Pivotal to the return of the past is fawning over privilege, excess wealth and the grotesquely rich. In this Labour has continually failed to attack concentrated power, privilege and inequality despite thirty years of post-war Labour Governments – not once for example considering abolishing private education.
Underlying this Labour and the left, in particular in England, have never been able to talk with confidence about ‘the nation’. Rather they have instead tried to invoke an abstract ‘people’, thus leaving in England the entire terrain of ‘the nation’ to that of the right – a road leading directly from Thatcher to Nigel Farage and Brexit.
We are living in an age where the Empire struck back – or rather the fabricated idea of a ‘good’ Empire. Meanwhile forces of the centre-left have tried to accommodate themselves increasingly to these harsh climes – of the British state as an Empire State. This is not focused, as in the current pandemic on the wellbeing of its citizens, but instead underneath is a warfare state obsessed with defining itself in military metaphors and yearning for the certainties and clarity of military thinking.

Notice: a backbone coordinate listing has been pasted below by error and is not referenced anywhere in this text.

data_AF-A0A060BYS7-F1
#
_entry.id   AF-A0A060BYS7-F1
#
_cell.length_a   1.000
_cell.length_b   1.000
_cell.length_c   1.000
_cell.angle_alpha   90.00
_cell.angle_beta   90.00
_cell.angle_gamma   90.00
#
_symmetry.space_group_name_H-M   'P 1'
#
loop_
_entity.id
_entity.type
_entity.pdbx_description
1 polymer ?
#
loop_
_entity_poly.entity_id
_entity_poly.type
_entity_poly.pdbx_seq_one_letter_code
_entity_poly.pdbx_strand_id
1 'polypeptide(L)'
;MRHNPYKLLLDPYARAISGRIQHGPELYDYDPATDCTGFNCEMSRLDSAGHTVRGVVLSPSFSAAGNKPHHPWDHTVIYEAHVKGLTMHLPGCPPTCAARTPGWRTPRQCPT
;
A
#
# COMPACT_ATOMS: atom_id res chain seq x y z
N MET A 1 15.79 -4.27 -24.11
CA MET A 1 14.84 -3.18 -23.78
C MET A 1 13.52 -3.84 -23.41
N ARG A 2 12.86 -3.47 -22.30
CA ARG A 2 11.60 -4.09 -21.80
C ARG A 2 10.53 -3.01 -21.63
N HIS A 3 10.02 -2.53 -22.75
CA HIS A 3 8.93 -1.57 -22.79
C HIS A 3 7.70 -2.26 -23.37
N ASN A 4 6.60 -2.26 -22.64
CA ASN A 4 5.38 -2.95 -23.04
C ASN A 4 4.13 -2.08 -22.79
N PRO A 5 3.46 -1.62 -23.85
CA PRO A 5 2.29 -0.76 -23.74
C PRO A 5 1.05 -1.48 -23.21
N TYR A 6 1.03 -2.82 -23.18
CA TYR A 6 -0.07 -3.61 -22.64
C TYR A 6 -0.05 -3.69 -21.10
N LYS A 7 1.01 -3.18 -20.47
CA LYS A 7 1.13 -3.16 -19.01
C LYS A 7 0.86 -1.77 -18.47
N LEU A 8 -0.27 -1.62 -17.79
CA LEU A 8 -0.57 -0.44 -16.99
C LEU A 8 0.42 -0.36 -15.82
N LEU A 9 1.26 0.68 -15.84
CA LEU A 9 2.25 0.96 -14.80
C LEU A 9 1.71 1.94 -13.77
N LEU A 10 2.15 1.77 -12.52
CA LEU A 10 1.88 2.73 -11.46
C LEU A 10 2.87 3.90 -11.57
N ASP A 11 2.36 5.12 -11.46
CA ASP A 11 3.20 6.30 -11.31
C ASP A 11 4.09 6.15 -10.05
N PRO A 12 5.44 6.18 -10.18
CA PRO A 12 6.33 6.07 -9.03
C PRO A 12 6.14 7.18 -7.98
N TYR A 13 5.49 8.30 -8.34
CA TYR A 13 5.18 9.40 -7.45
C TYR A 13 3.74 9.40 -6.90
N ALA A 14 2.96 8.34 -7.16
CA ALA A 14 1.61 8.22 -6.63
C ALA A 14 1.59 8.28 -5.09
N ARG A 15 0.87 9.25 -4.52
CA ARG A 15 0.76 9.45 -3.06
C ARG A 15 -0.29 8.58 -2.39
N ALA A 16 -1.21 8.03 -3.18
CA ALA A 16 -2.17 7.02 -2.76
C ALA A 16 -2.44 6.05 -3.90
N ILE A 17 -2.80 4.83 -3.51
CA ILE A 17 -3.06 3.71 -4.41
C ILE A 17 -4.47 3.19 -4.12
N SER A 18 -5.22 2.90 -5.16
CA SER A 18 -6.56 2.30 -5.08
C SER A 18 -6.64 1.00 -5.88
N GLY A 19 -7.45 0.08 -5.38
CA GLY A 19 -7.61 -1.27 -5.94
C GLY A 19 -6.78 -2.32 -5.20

The only way to break out of being prisoners of the past is to dismantle the entire structure of the British state, and let the nations and peoples of these isles find a different set of arrangements and futures – one in which England in particular finally becomes a modern country and democracy.